For example, a point-of-care trial could be used to determine which FDA-approved stent produced fewer adverse effects. Or to assess the value of providing cognitive processing therapy to sufferers of post-traumatic stress syndrome. Or to quantify whether a new emergency room checklist for suspected stroke patients improves outcomes. A point-of-care trial could also be used for personalized medicine, to look for correlations between genetic biomarkers and efficacy of drugs.
The ultimate goal is to cut through the barriers to medical care based on evidence from clinical trials. “Using evidence to decide what treatments to use seems like a good idea — but as soon as it involves questions of coverage it becomes highly political,” said Lavori, co-director of Spectrum, which administers Stanford’s NIH Clinical and Translational Science Award program. “Our idea is that if systems of care like the VA can integrate implementation of research results directly into care, we will keep the decision-making where it belongs. It brings medical decision-making back down to expert physicians and their patients, and out of the political realm.”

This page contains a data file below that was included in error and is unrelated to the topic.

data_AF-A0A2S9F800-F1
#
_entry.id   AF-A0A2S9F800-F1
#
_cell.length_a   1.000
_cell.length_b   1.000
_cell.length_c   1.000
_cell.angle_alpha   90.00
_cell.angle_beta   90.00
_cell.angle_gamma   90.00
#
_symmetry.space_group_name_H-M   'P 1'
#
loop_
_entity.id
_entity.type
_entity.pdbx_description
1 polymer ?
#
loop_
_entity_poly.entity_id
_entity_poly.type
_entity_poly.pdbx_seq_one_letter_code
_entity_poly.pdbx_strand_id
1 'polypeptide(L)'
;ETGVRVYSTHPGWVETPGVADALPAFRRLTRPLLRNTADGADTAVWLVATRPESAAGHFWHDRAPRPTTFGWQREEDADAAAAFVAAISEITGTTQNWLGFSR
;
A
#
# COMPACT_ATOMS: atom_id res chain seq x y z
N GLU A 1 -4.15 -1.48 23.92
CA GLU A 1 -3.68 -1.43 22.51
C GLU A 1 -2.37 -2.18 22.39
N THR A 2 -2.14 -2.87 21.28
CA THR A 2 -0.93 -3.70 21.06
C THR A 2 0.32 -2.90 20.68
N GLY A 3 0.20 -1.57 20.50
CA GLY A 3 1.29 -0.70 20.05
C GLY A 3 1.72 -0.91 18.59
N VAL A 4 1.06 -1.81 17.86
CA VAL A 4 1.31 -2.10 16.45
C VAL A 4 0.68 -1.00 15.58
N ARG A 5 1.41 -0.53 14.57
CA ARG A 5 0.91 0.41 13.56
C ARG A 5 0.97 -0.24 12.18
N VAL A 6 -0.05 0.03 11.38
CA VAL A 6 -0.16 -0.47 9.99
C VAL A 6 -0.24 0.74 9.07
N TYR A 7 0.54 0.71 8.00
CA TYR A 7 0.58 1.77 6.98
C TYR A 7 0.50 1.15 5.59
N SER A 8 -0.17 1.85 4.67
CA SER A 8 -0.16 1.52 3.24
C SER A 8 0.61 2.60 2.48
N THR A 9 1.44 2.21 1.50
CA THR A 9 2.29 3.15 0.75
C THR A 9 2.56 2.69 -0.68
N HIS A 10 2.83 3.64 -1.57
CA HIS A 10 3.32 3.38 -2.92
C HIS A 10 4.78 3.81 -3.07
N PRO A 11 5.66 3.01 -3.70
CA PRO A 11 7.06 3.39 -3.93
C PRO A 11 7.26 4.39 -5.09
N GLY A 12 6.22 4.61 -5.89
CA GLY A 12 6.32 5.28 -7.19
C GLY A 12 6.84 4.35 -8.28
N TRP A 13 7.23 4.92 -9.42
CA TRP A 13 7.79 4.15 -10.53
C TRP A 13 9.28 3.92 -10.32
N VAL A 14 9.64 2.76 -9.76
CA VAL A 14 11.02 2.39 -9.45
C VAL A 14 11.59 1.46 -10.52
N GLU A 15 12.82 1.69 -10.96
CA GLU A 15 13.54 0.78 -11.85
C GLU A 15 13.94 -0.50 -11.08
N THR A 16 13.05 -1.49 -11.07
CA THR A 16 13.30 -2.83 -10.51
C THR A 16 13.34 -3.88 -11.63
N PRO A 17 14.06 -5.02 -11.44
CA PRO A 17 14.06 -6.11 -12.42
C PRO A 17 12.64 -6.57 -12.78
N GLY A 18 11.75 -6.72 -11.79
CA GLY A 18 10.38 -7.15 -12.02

Fiore’s and Lavori’s co-authors are researchers at the VA Boston Healthcare System’s Massachusetts Epidemiology Research and Information Center. Funding for the study came from the Department of Veterans Affairs Cooperative Studies Program and the National Institutes of Health.